Medication shortages: 'Truly a public health crisis'

  1. 2
    Finally, word is getting out. Karen

    Philadelphia Inquirer:
    Medication shortages: 'Truly a public health crisis'

    Marie McCullough, Inquirer Staff Writer
    Posted: Sunday, June 30, 2013, 6:32 AM

    Rationing medical care is denounced as immoral in the United States, yet it goes on daily in hospitals, clinics, nursing homes, ambulances, and pharmacies. Since 2006, this country has had worsening shortages of sterile generic injectables - drugs given by shots or intravenously. Currently, more than 300 medicines crucial to treating cancer, infections, cardiac arrest, premature infants, pain, and more are in short supply. The reasons for this predicament are complex, and the fixes, elusive. The scope, however, is clear from surveys of medical and trade groups. The latest, a University of Pennsylvania poll of oncologists released this month, found 83 percent had dealt with shortages by delaying cancer treatments, omitting doses, using second-choice drugs, or sending patients elsewhere. "Oncologists are facing wrenching decisions about how to allocate lifesaving drugs," said cancer specialist Keerthi Gogineni, who led the Penn survey....

    ...The secret human toll is rising. In the last three years, dozens of deaths due to contaminated drugs have been linked to producers and vendors who have capitalized on shortages. The Institute for Safe Medication Practices (ISMP) in Horsham received hundreds of reports of medication errors, near-disasters, and 15 deaths related to shortages when it surveyed 1,800 health-care practitioners in 2010. "This is the worst I've ever seen in over 40 years as a pharmacist," said Michael Cohen, ISMP president, who contributes to The Inquirer's Checkup blog. "It's truly a public-health crisis"...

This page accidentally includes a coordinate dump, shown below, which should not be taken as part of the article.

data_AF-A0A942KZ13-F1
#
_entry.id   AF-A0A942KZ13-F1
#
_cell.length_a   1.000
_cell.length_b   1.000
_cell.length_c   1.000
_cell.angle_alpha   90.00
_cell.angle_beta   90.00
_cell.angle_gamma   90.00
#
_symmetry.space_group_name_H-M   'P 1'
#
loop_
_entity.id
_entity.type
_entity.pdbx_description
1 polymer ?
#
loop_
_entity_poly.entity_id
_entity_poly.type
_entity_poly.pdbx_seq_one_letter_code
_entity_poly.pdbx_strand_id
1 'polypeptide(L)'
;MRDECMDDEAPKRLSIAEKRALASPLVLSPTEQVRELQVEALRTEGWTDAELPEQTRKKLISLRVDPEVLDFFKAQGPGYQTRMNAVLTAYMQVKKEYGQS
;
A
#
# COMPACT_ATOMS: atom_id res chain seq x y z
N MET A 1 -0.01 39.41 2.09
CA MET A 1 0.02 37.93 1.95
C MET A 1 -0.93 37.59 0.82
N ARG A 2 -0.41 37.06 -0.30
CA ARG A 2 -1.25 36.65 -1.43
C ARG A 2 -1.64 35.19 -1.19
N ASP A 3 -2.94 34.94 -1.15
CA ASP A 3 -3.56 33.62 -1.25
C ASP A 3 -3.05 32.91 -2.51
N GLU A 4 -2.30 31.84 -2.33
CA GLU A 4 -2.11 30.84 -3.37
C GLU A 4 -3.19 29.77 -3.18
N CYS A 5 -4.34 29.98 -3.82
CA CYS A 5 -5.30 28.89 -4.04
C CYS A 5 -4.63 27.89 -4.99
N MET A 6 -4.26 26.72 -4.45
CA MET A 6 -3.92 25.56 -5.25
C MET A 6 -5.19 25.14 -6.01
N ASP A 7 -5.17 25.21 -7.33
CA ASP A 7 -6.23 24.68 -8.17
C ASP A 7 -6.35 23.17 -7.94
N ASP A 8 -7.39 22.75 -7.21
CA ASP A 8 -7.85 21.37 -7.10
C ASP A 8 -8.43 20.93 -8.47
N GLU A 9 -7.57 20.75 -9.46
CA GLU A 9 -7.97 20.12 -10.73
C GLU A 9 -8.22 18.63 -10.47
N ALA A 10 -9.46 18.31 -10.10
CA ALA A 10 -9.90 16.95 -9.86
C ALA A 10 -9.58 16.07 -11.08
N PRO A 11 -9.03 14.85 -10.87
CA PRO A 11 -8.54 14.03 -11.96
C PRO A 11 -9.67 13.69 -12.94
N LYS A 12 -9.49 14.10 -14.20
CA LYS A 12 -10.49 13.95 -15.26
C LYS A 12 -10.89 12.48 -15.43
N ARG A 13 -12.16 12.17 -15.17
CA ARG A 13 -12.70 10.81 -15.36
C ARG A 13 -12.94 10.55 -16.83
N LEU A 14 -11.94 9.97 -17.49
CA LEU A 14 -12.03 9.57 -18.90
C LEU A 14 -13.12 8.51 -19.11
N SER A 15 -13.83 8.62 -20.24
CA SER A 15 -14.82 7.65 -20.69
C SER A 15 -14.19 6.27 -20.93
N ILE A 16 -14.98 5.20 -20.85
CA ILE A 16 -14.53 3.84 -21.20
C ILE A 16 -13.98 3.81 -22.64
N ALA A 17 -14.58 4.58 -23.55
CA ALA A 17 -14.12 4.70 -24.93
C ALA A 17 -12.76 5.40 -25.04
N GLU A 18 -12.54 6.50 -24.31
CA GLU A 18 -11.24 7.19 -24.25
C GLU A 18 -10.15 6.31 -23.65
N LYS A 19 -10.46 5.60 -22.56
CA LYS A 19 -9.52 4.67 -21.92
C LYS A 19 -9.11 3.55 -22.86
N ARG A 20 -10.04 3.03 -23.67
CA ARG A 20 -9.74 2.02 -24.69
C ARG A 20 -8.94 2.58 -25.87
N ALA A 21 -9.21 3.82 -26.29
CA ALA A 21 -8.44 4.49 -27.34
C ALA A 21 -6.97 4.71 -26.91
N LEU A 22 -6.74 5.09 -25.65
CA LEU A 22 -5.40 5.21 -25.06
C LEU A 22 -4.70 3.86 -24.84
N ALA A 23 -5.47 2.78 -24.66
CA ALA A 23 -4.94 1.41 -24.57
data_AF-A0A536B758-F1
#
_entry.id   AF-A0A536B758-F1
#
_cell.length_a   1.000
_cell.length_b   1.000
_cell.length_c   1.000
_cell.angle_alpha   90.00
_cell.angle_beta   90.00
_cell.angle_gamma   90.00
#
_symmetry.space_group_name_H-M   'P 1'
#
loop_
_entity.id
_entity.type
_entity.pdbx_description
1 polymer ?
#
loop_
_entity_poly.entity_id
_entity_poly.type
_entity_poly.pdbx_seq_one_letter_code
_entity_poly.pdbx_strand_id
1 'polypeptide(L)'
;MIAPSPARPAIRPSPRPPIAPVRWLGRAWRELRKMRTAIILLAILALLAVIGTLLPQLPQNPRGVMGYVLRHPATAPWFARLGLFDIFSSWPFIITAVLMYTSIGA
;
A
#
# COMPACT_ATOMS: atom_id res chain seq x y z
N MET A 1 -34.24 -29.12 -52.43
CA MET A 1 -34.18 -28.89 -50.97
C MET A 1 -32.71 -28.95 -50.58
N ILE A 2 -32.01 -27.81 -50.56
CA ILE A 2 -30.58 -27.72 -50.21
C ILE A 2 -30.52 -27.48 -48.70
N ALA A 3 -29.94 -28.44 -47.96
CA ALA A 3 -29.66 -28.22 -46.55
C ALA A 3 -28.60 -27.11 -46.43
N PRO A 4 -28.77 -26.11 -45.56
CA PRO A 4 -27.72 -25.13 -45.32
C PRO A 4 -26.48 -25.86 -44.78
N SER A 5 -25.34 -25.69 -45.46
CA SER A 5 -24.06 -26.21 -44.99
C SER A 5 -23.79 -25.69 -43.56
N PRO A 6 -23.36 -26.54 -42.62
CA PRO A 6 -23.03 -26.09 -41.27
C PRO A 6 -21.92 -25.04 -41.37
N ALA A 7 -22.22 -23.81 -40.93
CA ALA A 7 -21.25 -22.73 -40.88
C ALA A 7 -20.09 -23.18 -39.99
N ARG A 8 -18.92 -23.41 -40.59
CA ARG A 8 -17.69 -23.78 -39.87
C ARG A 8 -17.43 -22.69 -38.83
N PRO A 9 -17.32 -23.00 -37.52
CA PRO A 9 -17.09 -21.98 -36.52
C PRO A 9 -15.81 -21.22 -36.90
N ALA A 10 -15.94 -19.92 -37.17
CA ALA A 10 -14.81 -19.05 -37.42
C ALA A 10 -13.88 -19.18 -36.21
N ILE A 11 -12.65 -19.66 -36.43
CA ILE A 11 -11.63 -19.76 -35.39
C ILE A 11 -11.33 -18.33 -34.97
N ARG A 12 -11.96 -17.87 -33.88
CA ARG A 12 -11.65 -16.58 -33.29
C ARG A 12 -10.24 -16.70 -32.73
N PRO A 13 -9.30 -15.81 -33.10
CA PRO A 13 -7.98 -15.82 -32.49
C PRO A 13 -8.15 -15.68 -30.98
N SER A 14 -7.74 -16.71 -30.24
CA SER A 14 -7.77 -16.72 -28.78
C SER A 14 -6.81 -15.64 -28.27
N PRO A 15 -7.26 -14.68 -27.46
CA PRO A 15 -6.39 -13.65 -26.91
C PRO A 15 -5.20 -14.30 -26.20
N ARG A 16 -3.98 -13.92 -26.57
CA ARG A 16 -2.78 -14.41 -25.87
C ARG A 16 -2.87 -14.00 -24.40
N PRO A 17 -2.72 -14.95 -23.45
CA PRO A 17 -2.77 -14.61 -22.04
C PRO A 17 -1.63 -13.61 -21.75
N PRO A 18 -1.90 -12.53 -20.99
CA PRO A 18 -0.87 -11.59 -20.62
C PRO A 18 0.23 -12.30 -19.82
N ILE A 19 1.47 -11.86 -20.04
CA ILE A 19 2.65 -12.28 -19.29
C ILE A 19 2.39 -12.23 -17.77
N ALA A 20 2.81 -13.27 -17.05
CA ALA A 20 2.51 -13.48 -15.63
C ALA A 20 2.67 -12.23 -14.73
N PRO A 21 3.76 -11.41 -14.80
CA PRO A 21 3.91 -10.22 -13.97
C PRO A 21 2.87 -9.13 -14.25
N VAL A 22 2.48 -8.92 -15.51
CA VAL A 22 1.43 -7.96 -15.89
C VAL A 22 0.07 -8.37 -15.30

Last edit by NRSKarenRN on Jun 30, '13
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  3. 4 Comments so far...

  4. 3
    I'm glad it's finally being noticed. I've been dealing with a med shortage for over a year now. I've ended up paying 5 times more for a compound because my old generic injectable was not available. Not every compounding pharmacy can do injectables because a hood is required. Some compounding pharmacies, quite frankly, stink. It seems like, in my case, there is an end in sight, but I feel for all the others out there.
  5. 0
    We had this issue in oncology too. Shortages of phenergan and a couple antibiotics were the bane of our existance.
  6. 0
    They tried to switch my chemo when the companies intentionally stopped production of generic 5-FU in order to increase use of the new, expensive, oral chemo that has more severe and frequent side effects. It is all about profit.
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    It's sick that this is going on. Some of these medications have limited or no similar options. Things happen, but when it's done purely for profit there should be legal or financial consequences for these manufacturers.
    Not_A_Hat_Person and tewdles like this.